(Written for another site in January, I thought you might wish to see it here, as they did not use it.)
Bad reputations can be incredibly difficult to overcome and Microsoft's Vista operating system has enough of a bad rep that no one is going to let it date their sister, if you know what I mean.
That's too bad. Not that I'm a Vista booster. I'm not. But Vista is not all bad, by any means, my objections notwithstanding. It will serve a lot of users very well. Probably the vast majority of users, when you get right down to it.
A few days ago, I got a call from a friend. His aunt needed to buy a new computer. The old one died. We chatted for a while about just how to recover her address book and data (something my friend is quite capable of doing but he wanted confirmation of his plan's utility and efficacy). Then we talked about just what she needs from a computer.
She is a heavy email user, participates almost continuously in several IRC chat rooms centered on her various interests, surfs a lot, prints a lot of color photos along with black and white documents in volume. For this she has two printers. A color ink jet and a monochrome laser, along with a standalone scanner. She uses Vonage for most of her phone calls and she plays Sudoku on the machine.
A quick check showed Vista drivers for both printers and the scanner were available. Her display was also supported. As she was already using a simple memory card reader for transferring her photos from her camera to the computer, that was no problem at all. A quick proposal was put together centering on an HP computer equipped with Vista.
Her reaction was swift and definitive; "Don't give me that Vista thing!".
A bit of discussion revealed that she has both read and been told about just how bad Vista is. She had a lot of objections at hand, ready to go. She had been told that Vista was going to prevent her copying images, regardless of their origin. And that Vista would not support her games, scanner or printers. Plus, she had been informed that she would have to learn everything about using her computer all over again.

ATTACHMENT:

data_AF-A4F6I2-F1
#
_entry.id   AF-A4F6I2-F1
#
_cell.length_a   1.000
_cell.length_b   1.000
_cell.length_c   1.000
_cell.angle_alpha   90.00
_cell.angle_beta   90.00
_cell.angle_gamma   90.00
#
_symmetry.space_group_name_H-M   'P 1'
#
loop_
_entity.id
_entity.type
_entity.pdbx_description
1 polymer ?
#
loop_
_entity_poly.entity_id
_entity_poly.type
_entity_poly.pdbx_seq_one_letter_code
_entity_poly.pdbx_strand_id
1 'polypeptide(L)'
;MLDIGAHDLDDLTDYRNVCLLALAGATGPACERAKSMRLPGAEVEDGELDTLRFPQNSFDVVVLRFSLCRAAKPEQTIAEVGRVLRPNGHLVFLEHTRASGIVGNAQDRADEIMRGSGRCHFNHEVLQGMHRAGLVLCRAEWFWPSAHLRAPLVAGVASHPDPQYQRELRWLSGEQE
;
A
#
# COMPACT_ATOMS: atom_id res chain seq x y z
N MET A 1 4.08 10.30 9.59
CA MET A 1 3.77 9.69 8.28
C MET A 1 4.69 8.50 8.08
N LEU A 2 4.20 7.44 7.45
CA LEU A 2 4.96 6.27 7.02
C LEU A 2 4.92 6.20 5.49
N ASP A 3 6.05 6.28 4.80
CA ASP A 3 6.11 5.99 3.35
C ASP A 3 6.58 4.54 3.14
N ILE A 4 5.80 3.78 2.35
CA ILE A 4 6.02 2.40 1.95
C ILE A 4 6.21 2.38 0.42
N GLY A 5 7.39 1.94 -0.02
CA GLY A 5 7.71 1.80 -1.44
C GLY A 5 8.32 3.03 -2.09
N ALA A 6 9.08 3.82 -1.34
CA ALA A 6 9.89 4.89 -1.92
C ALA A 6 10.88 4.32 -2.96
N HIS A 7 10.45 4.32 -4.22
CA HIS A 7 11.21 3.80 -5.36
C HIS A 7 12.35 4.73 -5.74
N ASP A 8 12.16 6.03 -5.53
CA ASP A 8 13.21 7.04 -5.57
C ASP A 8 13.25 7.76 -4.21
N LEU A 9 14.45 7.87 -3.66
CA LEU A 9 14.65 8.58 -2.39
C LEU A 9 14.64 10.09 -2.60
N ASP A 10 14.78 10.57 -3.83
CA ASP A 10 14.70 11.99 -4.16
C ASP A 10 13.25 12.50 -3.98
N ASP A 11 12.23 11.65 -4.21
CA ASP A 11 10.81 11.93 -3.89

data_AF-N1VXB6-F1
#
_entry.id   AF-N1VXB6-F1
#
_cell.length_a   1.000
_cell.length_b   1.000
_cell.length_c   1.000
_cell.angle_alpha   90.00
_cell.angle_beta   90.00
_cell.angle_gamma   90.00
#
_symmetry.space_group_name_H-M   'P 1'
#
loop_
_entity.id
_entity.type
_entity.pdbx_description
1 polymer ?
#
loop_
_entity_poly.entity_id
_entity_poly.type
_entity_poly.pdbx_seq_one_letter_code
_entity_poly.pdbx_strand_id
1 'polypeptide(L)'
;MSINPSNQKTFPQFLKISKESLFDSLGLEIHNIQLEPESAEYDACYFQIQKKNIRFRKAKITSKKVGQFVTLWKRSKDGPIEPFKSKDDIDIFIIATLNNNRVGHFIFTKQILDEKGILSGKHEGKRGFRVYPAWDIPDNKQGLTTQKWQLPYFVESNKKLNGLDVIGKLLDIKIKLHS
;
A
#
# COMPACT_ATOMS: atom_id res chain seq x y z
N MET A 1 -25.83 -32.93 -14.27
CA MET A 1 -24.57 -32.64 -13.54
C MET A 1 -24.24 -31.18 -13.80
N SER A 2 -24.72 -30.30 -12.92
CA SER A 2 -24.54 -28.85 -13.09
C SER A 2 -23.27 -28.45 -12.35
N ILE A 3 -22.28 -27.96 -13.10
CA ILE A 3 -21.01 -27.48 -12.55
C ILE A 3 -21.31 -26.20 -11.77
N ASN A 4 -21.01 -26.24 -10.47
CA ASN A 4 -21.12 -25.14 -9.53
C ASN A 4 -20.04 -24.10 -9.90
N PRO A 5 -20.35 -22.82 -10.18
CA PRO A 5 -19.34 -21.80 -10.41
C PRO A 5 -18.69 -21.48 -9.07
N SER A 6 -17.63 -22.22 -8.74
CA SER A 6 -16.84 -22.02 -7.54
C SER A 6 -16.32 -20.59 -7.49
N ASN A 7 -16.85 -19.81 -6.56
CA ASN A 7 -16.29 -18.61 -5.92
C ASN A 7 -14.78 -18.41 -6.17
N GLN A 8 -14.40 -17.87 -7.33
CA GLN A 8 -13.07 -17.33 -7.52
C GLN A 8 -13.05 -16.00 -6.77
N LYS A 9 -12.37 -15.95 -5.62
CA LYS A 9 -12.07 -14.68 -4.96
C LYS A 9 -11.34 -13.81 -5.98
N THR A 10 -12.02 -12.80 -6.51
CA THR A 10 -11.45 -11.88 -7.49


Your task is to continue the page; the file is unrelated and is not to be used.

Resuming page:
With such ingrained opposition, the easy course would be to simply purchase a computer equipped with Windows XP, or transfer her to a Mac. (There is no way she would go with Linux.) Instead, her nephew, my friend, simply lent her a laptop with Vista installed. We set her up a user account, installed her games and the appropriate drivers. Only the scanner required a download. The rest were already part of Vista. And we put all her data on it, as well.
A few days use turned her into a Vista enthusiast. The clincher was probably something others won't experience in comparison to their XP machines; greater stability. Her XP computer was never all that stable and would crash on occasion. (My friend and I worked on this and in the end attributed the problems to hardware, rather than the operating system or software. The machine would crash occasionally running a Linux live CD, too.) The Vista laptop, and indeed her new computer, both with Home Premium installed, are more stable than her XP machine was.
So she was converted. The new machine was duly installed and she is very, very happy with it. And features we never thought to point out to her because we take them for granted, like the USB and audio ports on the front of the machine, delight her, as well. It really is a nice computer with it's Core Duo processor and plenty of system memory (2 GB).
But Vista labors under it's bad reputation, partly undeserved though it is, and will for all it's life. For some users, Vista really is not a good thing. For others, meaning almost all users, it is completely adequate and, indeed, just what is needed. I think this applies to it's heightened security functions, more than anything else. One can argue just how secure Vista is, but there is no doubt at all it is more secure than it's predecessor.
Writers and other commentators still pile it on, though. Not just in the tech press, either. The criticism makes it into mainstream news, too. Vista is bad in this way. Vista is bad in some other way. It seems to never end. Frankly, I don't think Vista can recover. Given that, I wonder if the best thing Microsoft can do is to simply move on and bring out a demonstrably new operating system as soon as humanly possible. One with a new and clean reputation.